LASVM is an approximate SVM solver that uses online approximation. It reaches accuracies similar to that of a real SVM after performing a single sequential pass through the training examples. Further benefits can be achieved using selective sampling techniques to choose which example should be considered next.
As show in the graph, LASVM requires considerably less memory than a regular SVM solver. This becomes a considerable speed advantage for large training sets. In fact LASVM has been used to train a 10 class SVM classifier with 8 million examples on a single processor.
See the LaSVM paper for the details.
We provide a complete implementation of LASVM under the well known GNU Public License.
|lasvm-source-1.0.tar.gz||LaSVM Source code||Initial version (2005)|
|lasvm-source-1.1.tar.gz||LaSVM Source code||Minor fixes (7/2009)|
This source code contains a small C library implementing the kernel cache and the basic process and reprocess operations. Two additional C++ programs,
la_test can be used to run experiments. Calling these programs without arguments gives a summary of the command line arguments and options.
These programs can handle three data file format. Sample files can be downloaded from the publication page.
These files represent examples using a simple text format. Each example is represented by a line in the following format
<line> = <target> <feature>:<value> ... <feature>:<value> <target> = +1 | -1 <int> <feature> = <integer> <value> = <float>
The target value and each of the feature/value pairs are separated by a space character. The target value denotes the class of the example, +1 or -1. For example, the line -1 1:0.43 3:0.12 9284:0.2 specifies a negative example for which feature number 1 has the value 0.43, feature number 3 has the value 0.12, feature number 9284 has the value 0.2, and all the other features have value 0.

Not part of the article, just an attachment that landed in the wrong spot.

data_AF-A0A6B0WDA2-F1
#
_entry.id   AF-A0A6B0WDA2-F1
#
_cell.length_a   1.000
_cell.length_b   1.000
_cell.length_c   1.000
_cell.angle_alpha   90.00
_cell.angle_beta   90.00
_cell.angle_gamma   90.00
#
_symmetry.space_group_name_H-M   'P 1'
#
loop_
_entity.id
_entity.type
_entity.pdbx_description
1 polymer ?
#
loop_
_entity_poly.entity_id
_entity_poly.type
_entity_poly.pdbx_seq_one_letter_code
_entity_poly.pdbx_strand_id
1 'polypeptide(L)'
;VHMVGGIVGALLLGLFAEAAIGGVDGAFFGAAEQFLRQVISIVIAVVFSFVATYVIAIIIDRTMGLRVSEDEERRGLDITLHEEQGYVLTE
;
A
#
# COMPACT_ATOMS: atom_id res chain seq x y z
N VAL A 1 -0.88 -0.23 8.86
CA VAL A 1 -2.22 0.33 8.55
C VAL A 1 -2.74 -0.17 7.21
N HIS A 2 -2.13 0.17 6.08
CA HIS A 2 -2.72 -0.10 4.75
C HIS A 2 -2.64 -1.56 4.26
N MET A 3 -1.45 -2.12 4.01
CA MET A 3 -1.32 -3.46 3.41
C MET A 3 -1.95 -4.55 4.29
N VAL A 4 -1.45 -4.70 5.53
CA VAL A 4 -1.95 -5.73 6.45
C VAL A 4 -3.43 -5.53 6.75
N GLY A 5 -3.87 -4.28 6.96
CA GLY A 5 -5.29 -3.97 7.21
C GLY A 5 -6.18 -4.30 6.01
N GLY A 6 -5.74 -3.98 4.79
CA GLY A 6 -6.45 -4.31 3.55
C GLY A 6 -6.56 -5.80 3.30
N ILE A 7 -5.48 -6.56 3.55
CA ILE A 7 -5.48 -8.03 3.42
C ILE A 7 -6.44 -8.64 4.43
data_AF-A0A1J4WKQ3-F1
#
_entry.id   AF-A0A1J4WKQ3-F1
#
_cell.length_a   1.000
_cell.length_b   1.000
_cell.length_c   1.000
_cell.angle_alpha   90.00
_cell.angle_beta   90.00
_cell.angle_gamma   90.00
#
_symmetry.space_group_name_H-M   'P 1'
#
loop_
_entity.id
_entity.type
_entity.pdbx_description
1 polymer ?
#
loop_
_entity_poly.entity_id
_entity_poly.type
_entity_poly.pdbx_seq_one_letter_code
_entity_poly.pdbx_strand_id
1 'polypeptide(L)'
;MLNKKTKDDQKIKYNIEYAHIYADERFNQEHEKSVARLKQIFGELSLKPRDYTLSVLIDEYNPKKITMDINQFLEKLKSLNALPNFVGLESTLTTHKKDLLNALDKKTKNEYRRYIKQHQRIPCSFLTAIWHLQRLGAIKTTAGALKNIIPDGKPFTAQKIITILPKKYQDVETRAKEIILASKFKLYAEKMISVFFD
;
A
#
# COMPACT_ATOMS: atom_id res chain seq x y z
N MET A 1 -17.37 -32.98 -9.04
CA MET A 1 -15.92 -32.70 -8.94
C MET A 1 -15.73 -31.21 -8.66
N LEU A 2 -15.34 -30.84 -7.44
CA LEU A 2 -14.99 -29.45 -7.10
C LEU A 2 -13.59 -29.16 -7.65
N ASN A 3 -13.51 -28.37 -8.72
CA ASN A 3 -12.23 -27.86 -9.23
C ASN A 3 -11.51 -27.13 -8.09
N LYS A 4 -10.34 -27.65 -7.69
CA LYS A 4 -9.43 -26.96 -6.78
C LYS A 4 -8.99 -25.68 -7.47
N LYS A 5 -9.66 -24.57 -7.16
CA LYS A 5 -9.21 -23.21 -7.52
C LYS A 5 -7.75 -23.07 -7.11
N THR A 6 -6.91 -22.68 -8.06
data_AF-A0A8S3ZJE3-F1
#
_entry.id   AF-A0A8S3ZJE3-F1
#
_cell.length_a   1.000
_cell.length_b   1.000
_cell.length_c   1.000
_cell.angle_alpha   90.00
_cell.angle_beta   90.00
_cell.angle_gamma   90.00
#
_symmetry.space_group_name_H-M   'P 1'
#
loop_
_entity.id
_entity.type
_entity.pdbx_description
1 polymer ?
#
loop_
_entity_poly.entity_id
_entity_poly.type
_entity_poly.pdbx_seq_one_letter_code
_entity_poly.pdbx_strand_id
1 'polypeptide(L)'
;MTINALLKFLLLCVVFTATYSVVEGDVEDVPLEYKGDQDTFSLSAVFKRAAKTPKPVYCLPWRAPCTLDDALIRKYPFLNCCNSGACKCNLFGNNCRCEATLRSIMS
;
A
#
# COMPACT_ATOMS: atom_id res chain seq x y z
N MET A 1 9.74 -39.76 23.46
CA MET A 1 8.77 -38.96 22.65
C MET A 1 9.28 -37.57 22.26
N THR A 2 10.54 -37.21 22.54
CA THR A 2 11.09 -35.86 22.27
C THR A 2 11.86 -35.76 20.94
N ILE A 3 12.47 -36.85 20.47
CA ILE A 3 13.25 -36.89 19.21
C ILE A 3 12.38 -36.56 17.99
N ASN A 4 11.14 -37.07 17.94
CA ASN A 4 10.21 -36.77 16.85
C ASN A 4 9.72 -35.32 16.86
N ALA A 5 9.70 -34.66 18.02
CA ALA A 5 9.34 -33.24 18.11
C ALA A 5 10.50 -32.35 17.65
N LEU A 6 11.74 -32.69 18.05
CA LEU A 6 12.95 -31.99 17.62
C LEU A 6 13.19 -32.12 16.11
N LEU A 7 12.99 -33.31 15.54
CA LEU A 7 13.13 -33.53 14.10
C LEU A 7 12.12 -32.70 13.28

Binary files take less space and load faster. One can convert between LIBSVM/SVMLight text files and binary files using the programs
bin2libsvm included in the source.
Split files are a handy way to save disk space if you have copies of the same data with different training/ test set splits, and/or different target classes. They work by loading an original data file, but then specifying a subset of the data to load (by index) as well as a possible relabeling of the data points. The split file format is best shown by an example:
file_name: mnist.trn.bin binary_file: 1 supply_indices: 1 supply_new_labels: 1 3 -1 4 1 7 -1 ...
The first line specifies a data file in either Libsvm or binary format to load. The second line indicates if that file is binary (set to 1) or otherwise (set to 0). The third line specifies whether you wish to load a subset of the given file (set to 1) and the fourth line,
supply_new_labels indicates whether you wish to relabel the data differently to the original file. Following the first four lines is a list, of either
pairs (if supply_new_labels is set to 1) or else only an
<index> is given on each line. These indices (starting from 1) specify examples in the original file.